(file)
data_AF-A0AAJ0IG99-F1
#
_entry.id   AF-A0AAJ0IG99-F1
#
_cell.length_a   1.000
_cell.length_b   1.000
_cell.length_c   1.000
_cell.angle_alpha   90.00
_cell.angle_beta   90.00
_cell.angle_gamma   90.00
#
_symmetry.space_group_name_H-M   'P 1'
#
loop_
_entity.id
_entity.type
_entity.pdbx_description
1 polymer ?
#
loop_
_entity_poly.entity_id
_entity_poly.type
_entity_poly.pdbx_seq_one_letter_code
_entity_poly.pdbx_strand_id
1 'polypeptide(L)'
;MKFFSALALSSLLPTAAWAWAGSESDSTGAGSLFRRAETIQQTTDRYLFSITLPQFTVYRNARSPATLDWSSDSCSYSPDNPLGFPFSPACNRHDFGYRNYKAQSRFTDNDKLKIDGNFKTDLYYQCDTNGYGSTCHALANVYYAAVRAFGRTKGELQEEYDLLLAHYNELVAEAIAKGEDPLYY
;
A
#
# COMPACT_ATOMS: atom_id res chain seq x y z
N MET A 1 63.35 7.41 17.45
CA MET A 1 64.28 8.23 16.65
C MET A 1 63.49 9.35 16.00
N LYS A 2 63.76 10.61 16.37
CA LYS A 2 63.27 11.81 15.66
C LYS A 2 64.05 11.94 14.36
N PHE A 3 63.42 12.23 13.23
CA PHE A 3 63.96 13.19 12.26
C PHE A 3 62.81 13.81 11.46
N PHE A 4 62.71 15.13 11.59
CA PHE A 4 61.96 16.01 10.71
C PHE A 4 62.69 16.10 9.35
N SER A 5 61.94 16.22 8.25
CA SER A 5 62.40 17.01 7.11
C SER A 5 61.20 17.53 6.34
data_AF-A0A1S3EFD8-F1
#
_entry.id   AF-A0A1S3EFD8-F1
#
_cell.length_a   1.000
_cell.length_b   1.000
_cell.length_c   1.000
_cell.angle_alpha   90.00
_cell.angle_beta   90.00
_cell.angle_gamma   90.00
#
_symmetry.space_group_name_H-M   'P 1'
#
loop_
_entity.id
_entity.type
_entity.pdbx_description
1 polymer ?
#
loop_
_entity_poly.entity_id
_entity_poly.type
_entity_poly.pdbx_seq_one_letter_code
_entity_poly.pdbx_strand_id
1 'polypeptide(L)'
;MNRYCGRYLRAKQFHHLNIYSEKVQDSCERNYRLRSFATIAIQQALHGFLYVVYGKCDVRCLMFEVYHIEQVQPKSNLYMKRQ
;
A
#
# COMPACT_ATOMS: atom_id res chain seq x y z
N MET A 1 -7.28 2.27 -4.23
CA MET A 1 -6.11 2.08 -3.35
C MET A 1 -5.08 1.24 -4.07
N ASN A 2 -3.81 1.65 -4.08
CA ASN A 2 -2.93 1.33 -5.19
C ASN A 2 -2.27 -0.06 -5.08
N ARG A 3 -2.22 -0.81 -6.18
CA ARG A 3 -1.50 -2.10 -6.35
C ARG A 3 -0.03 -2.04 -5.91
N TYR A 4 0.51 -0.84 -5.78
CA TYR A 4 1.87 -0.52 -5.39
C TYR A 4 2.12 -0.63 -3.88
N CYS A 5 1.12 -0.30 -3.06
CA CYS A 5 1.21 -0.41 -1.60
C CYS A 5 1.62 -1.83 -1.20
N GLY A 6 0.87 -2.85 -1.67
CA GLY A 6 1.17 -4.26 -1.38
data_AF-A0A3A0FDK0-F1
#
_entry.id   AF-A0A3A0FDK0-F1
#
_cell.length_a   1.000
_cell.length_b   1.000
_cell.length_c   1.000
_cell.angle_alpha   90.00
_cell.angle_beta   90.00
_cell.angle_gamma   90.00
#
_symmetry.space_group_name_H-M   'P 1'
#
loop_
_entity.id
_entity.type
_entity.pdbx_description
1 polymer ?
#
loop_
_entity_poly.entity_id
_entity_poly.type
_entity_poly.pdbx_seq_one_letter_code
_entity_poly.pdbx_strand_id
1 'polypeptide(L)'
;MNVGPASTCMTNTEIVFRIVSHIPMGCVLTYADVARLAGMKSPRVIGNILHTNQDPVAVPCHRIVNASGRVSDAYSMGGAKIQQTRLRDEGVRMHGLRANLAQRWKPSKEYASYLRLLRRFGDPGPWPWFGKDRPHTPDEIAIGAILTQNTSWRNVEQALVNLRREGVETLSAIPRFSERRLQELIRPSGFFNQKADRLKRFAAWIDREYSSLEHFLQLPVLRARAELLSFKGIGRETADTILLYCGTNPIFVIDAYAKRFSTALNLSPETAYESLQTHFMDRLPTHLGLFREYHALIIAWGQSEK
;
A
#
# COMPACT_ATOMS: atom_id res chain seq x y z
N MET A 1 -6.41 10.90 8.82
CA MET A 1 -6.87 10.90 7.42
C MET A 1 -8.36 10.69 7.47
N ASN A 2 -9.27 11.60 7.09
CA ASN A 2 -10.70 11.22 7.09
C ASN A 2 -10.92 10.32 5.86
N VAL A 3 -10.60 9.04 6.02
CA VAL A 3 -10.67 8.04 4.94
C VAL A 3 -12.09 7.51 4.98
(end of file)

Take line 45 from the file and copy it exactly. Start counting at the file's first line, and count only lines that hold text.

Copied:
C SER A 5 61.20 17.53 6.34